6 ‘healthy’ habits you should stop doing
Numerous ‘healthy habits’ have been widely advocated for years. But how healthy are they really? Here are 6 habits you should stop doing because they are really not that healthy.
1. Weighing yourself
You don’t need to weigh yourself. Ever.
In fact, weighing yourself may make it harder to find your healthiest weight in the long term. Have you noticed how seeing a number that you didn’t want on the scale can throw you into a spin and actually demotivate you?
Your health, your progress, your wellbeing cannot be measured with scales.
If your weight or body changes – you’ll know about it! You’ll see it and if you’re mindful, you’ll really feel it.
What to do instead: Stop weighing yourself. It is so tempting but don’t weigh yourself every day, once a week or once a month. Feel the difference instead.
2. Counting macros
Just like counting calories will make you obsess, counting macros is a diet and a sure-fire way to build an unhealthy relationship with food.
While not everyone who counts points or macros becomes obsessed. Everyone who becomes obsessed had counted points or macros.
I’ve seen how easy is it to drift into disordered eating. At first, it is fun but one day you wake up and realise that food controls you, and not the other way around. It’s easy to slip in disordered eating and counting macros is a gateway.
What to do instead: Don’t count points, macros or almonds. It’ll make you crazy – not healthy. Try intuitive eating instead. It’s game-changing.
Want to hear more about this? Listen to the podcast episode below, in which I explain why counting calories or macros isn’t the secret to health.
3. Waking up and checking your phone
If the first thing you do when you wake up is check your phone, then you’re setting yourself up for anxiety.
Don’t sleep with your phone next to your bed. Invest in an alarm clock to wake you up. This is one of the best things I did to help reduce my anxiety.
Nowadays, I wake up, make a coffee, run to the beach, do a fun circuit, get a green juice, walk home and only then, an hour after waking up, when I’m sitting at my desk and able to action things, do I check my phone. The same rule applies at bed time. The phones charge in the living room, far away from the bedroom. And social media stops an hour before bed. It’s made such a difference.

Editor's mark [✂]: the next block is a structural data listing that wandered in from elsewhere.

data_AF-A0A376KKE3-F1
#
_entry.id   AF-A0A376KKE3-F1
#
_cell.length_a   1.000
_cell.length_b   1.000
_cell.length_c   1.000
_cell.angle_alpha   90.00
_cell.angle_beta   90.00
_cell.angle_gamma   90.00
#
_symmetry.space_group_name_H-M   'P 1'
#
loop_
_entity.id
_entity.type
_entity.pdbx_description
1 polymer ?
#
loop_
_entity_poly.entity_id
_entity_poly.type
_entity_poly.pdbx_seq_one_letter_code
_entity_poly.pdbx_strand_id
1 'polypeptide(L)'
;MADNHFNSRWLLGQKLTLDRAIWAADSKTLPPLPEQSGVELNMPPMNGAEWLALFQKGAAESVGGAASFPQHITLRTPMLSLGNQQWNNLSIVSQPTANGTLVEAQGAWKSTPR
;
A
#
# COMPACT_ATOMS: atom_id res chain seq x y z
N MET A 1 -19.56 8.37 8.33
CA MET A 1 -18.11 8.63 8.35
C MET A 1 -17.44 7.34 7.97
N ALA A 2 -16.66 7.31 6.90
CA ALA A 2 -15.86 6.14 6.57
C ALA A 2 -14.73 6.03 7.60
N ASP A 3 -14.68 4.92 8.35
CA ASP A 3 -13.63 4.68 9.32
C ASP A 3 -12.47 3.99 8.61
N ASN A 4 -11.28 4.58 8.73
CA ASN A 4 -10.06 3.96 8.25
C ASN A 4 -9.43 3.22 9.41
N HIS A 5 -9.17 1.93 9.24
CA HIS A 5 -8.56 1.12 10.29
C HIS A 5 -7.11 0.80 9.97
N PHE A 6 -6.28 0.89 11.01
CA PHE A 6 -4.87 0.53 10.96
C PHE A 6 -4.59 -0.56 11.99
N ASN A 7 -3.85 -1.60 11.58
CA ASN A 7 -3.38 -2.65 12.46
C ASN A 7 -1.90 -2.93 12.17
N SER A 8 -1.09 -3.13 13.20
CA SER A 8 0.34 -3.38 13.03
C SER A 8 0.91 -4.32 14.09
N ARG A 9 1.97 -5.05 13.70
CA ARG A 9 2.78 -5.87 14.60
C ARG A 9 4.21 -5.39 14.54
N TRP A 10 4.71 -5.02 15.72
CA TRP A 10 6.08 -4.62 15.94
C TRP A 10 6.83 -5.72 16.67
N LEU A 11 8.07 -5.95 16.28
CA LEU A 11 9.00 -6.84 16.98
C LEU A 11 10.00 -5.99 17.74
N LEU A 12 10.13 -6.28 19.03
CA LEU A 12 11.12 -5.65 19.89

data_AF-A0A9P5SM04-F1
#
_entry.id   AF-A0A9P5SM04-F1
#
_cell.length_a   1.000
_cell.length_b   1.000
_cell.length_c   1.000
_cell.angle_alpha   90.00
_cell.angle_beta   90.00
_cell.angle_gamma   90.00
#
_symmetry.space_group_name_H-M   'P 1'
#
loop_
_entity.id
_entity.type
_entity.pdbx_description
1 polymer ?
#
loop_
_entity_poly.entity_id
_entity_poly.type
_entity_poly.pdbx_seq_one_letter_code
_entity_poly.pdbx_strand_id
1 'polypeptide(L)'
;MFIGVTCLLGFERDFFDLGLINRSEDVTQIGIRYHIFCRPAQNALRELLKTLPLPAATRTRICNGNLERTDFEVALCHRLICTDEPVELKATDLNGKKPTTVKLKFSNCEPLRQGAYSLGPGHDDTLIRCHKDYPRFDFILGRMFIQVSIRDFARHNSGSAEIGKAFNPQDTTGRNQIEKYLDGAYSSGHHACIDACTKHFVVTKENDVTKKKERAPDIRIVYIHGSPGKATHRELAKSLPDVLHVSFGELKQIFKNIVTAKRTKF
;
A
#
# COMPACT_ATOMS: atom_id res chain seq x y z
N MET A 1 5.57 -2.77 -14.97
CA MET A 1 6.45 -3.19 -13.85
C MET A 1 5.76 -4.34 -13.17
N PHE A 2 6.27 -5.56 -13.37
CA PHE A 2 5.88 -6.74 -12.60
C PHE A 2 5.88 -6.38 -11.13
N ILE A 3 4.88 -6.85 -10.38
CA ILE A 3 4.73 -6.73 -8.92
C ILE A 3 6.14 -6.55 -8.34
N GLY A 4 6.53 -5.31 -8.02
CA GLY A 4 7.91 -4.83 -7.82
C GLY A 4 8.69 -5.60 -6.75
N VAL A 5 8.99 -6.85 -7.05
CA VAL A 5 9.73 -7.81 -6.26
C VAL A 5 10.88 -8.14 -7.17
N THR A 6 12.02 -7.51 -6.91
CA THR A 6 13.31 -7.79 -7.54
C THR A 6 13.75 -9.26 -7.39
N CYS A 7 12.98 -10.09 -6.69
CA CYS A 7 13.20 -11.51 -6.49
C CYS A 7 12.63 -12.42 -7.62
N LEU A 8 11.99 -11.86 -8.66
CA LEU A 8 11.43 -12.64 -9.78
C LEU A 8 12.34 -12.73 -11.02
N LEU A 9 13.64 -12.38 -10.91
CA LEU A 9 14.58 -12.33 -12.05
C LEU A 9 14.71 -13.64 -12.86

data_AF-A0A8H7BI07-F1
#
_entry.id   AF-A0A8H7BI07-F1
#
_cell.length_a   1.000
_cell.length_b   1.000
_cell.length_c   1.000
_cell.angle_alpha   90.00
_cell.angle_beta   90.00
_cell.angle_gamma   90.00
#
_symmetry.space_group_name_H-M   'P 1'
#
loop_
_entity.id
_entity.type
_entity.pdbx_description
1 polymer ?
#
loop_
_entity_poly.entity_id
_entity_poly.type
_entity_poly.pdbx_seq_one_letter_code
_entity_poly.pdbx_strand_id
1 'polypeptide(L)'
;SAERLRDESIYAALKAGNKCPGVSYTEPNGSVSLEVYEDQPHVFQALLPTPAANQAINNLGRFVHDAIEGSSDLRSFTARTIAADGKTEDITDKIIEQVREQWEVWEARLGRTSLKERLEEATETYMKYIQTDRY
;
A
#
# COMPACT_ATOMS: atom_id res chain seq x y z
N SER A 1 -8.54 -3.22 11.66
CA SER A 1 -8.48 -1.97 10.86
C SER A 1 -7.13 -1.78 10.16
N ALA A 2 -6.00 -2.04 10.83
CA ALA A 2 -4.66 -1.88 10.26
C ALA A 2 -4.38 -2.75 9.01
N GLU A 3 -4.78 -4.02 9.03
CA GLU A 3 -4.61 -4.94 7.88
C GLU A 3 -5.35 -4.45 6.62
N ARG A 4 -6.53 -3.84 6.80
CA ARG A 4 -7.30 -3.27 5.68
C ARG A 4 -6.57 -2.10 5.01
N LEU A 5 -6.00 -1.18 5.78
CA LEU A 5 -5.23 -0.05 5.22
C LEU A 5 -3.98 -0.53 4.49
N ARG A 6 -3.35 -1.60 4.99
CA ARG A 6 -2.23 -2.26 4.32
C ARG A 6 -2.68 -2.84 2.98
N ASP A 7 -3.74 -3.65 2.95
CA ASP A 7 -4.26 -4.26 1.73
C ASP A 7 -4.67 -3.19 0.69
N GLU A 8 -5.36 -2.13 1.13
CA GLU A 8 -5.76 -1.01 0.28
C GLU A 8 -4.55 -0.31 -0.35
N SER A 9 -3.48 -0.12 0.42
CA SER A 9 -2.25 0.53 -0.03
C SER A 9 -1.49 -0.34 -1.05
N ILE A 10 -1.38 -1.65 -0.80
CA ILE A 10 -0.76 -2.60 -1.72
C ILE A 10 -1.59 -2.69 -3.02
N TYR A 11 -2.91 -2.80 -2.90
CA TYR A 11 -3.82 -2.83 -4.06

What to do instead: Charge your phone in another room, buy an alarm clock and don’t check your phone an hour before or after sleep.
4. 100% clean eating
There is a point when healthy eating becomes very unhealthy. And it’s much easier to get to than we think.
If you feel anxious when someone asks you out for a meal because you’re not sure what you’ll be able to eat or you lie in bed at night worrying about what you ate that day, then you have tipped over into unhealthy relationship with food.
You should never feel guilty after eating and you shouldn’t obsess about food. Health is about balance. For me, that means eating intuitively (asking my body – not my brain – when, how and what it wants to eat), not cutting out any whole food groups and feeling at ease in my body.
What to do instead: Stop aiming for perfection and start working toward balance. It’s much healthier. Unfollow extreme people or other triggers on social media.
5. Commenting on other people’s food, weight or eating
“Should you really be eating that?” is one of the most harmful and hurtful questions.
If you really care about their health, you’ll realise that these comments do way more harm than good.
If you’re wondering: Should I comment on your son or daughters weight, read this.
Even if your intentions are good, commenting on what someone else is eating is interpreted as a judgment. Instead of motivating them to eat better, these comments will probably drive them to eat way more – but in secret where moderation doesn’t exist.
You cannot shame someone else into changing their habits.
Instead, lead by example and show them how it can be done! You can create a healthy environment that makes healthier choices easier. You can support and use positive reinforcement. Unless asked explicitly it is not your job to tell other people what to eat.
What to do instead: Be the change you want to see. Lead by example and create a healthy environment.
6. Scrolling on your phone when you’re with other people
Your phone is good for communication – not connection.
It’s so tempting to scroll on your phone when you’re with other people. It’s so automatic. I have to work hard not to compulsively just check my phone!
If you want to feel less anxious, more connected and loved, then set clear boundaries on when and how you use your phone. When you’re out with friends, keep your phone in your bag and on silent.
Turn off push notifications so the only vibration you feel is from a phone call. Ask yourself: How many hours do you use your phone for? Track your phone use using ‘Moment’ app.
What to do instead: Keep scrolling time to a minimum. Pick two times throughout the day to check social media. If you’re out with friends, create clear and healthy boundaries.
Want to eat healthier without obsessing?
Check out Back to Basics. It’ll help you be more consistent by helping make healthy eating easier and quicker.